The period of prechordal mesoderm migration is brief and is limited by the direct adhesion of the prechordal mesoderm to the head neuroectoderm (Koide et al., 2002Go) (Fig. 2), so the major force in extending the AP axis in gastrulation is the involution and convergence extension of the chordamesoderm (Figs 2 and 6). Many factors regulate this convergence extension, as described in Box 2. In summary, many essential early zygotic patterning genes are not tissue differentiation genes, but are involved in regulating cell behavior. For example, loss of dickkopf, siamois or goosecoid activity abrogates prechordal mesoderm migration and prevents the formation of head structures, while Xbra is required for convergence extension of the chordamesoderm.

Events in the non-organizer marginal zone
Meanwhile, away from the organizer region, convergence extension movements are delayed. Several pathways are involved in establishing muscle precursor fates. First, FGF signaling and Xbra expression are required and maintain each others expression, as described above (Fig. 7). The expression pattern of Xbra mRNA, which forms a ring around the blastopore of the gastrula, is evidence that its role is not confined to dorsal convergence extension activity. Promoter studies show that dorsal and ventrolateral Xbra expression are differently regulated (Latinkic and Smith, 1999Go; Lerchner et al., 2000Go; Papin et al., 2002Go). By mid-gastrulation the myogenic markers Mespo, Myf5 and MyoD mRNA are all expressed in an equatorial ring similar to Xbra and FGF, and depletion of FGF4, FGFR1 or Xbra causes severe reduction in their expression (Conlon et al., 1996Go; Fisher et al., 2002Go; Yokota et al., 2003Go).

How does Xbra function in both myogenic and convergence extension regulation? The expression of one target gene, the cytoplasmic regulator sprouty, may be particularly important in this regard. Sprouty is a cytoplasmic antagonist of FGF signaling that blocks convergence extension movements by interfering with protein kinase C (PKC) function, without blocking activation of myogenic gene expression. It can thus separate the convergence extension and muscle specification functions of Xbra (Sivak et al., 2005Go). A second receptor tyrosine kinase regulator, Spred, has the opposite effect; it is required for somite specification but not for convergence extension movements (Sivak et al., 2005Go). Muscle specification during gastrulation also depends on the repression of BMP signaling, as triple depletions of noggin, chordin and follistatin eliminate muscle precursor gene expression (Khokha et al., 2005Go).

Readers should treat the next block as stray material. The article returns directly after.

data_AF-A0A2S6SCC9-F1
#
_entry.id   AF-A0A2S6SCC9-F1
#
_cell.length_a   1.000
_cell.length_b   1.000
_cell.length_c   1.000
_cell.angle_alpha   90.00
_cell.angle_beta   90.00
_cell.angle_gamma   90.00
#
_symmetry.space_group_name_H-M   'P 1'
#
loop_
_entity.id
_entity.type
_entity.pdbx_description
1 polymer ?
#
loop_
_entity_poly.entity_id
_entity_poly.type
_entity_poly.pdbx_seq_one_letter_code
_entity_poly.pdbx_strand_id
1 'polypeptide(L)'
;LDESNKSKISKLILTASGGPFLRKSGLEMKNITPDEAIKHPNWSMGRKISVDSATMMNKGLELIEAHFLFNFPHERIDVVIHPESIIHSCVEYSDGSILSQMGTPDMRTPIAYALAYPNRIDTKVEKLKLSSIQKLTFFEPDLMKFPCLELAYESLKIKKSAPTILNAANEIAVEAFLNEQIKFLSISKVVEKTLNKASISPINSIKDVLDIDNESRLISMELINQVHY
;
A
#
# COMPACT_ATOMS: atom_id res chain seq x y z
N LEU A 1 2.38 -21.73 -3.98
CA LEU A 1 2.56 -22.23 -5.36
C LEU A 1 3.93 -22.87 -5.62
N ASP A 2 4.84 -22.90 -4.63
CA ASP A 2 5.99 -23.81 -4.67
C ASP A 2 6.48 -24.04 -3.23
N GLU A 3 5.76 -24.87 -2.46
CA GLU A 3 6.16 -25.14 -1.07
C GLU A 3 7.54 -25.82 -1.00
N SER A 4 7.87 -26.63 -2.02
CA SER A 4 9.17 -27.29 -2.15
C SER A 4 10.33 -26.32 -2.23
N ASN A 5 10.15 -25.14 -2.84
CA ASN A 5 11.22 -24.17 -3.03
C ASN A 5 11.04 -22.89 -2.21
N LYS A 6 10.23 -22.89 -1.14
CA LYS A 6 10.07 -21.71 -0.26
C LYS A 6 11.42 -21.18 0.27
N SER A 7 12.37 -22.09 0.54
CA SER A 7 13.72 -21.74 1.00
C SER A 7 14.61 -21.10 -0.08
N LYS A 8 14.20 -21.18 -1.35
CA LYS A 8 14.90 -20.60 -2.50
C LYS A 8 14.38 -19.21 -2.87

An essential aspect of mesoderm patterning is the interaction of several pathways in the initiation of Hox gene expression during gastrulation and neurulation. The AP patterning in the definitive trunk region results from the expression of nine co-linear Hox genes, which are expressed in a specific temporal order in the non-organizer mesoderm, beginning at the early gastrula stage with HoxD1 expression (Wacker et al., 2004aGo). The early Hox expression determines the length of the trunk region, and depletion of HoxA1, HoxB1 and HoxD1 results in reduced MyoD expression (Wacker et al., 2004aGo; Wacker et al., 2004bGo). Hox expression depends on the FGF/Xbra pathway (Fig. 7), and is limited by BMP signaling (Wacker et al., 2004bGo). Another important mesodermal regulator is retinoic acid (RA). Depletion of retinoic acid receptor Xrar{alpha}2 causes both microcephaly and tailless embryos, and reduces expression of both FGF receptors FGFR1 and FGFR4, and posterior Hox gene expression (HoxB9) (Shiotsugu et al., 2004Go). The Xenopus caudal family member Xcad3 is essential for tail somite formation, and its transcriptional regulation is complex and involves maternal CREB, FGF signaling and RA activity (Isaacs et al., 1998Go; Shiotsugu et al., 2004Go; Sundaram et al., 2003Go).